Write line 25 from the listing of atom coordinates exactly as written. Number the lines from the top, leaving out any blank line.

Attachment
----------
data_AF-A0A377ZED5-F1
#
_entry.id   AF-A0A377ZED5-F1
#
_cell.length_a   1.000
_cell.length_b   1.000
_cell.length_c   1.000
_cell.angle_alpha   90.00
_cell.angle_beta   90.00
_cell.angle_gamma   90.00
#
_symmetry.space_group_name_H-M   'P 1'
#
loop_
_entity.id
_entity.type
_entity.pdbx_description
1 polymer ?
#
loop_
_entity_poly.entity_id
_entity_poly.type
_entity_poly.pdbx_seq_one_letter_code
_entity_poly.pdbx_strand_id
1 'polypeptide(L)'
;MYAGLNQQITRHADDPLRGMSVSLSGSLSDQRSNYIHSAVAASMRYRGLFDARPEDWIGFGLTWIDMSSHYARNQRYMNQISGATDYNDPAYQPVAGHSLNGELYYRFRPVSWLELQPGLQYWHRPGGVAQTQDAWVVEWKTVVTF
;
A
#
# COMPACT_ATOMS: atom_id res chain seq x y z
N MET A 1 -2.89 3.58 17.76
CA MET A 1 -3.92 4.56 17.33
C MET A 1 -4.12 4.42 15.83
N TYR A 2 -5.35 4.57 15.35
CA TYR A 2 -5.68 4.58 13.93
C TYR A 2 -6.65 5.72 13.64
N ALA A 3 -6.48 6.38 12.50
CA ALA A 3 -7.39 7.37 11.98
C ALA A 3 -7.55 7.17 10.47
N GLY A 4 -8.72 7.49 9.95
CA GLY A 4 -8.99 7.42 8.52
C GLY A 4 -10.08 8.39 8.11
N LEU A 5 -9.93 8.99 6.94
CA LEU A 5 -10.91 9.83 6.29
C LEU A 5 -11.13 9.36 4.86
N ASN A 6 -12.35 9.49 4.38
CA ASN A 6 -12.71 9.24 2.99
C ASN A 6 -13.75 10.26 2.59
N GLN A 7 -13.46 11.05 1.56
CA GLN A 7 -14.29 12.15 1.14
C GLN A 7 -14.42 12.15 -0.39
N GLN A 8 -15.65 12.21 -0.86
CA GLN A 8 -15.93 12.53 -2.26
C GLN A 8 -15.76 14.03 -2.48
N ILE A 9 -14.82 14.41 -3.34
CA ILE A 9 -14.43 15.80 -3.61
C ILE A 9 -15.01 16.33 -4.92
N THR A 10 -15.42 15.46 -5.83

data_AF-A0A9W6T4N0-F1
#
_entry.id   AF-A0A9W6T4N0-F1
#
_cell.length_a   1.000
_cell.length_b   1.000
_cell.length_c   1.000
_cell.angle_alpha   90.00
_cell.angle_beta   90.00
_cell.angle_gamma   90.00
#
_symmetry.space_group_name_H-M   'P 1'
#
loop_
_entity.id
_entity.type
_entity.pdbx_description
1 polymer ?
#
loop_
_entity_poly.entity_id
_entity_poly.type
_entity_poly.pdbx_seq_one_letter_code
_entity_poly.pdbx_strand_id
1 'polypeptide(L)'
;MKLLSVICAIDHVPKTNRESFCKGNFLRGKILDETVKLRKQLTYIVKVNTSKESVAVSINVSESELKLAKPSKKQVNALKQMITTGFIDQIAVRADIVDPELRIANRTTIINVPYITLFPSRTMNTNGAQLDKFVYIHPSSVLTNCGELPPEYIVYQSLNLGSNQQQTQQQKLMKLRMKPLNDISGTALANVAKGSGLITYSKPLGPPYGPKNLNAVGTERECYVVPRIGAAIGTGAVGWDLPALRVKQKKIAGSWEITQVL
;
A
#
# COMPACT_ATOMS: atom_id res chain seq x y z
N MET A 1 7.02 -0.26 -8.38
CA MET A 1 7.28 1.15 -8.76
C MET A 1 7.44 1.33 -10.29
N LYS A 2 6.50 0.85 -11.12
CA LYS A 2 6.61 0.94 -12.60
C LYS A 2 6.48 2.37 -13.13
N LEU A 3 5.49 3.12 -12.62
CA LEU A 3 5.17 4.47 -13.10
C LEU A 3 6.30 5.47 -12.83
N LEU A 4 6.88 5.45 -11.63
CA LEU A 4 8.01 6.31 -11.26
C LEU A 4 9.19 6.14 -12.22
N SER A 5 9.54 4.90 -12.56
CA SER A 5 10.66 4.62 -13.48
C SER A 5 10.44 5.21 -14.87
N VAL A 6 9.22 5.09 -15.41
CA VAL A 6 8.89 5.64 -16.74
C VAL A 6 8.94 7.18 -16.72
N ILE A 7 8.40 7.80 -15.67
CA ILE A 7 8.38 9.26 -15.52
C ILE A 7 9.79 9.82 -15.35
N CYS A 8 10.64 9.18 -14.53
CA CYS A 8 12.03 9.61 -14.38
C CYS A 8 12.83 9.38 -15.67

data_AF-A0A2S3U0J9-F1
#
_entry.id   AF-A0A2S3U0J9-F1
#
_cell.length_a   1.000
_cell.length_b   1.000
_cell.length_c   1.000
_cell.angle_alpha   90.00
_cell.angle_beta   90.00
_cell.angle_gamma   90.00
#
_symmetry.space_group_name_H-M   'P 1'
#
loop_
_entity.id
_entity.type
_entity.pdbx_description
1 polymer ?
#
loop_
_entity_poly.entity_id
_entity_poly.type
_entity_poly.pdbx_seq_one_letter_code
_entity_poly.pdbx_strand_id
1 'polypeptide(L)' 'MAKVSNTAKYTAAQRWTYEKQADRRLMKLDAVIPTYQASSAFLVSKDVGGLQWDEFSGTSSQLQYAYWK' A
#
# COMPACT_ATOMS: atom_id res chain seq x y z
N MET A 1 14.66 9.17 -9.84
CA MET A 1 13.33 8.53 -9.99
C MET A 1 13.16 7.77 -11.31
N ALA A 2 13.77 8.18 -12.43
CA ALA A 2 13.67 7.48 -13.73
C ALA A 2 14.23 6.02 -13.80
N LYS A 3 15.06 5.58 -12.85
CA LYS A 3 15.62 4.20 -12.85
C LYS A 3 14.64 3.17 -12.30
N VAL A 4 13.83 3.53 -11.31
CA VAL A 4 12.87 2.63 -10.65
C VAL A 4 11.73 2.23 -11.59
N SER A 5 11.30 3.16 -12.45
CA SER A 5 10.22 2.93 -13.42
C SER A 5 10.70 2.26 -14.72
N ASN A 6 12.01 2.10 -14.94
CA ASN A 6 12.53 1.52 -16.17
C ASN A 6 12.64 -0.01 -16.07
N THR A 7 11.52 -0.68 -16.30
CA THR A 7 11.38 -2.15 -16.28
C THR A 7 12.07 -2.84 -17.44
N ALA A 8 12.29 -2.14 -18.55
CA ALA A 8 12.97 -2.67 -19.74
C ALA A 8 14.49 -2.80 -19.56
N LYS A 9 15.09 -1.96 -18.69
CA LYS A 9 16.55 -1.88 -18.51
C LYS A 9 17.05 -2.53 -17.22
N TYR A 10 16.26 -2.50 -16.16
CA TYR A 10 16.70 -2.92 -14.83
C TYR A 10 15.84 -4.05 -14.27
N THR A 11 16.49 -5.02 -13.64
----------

1 'polypeptide(L)'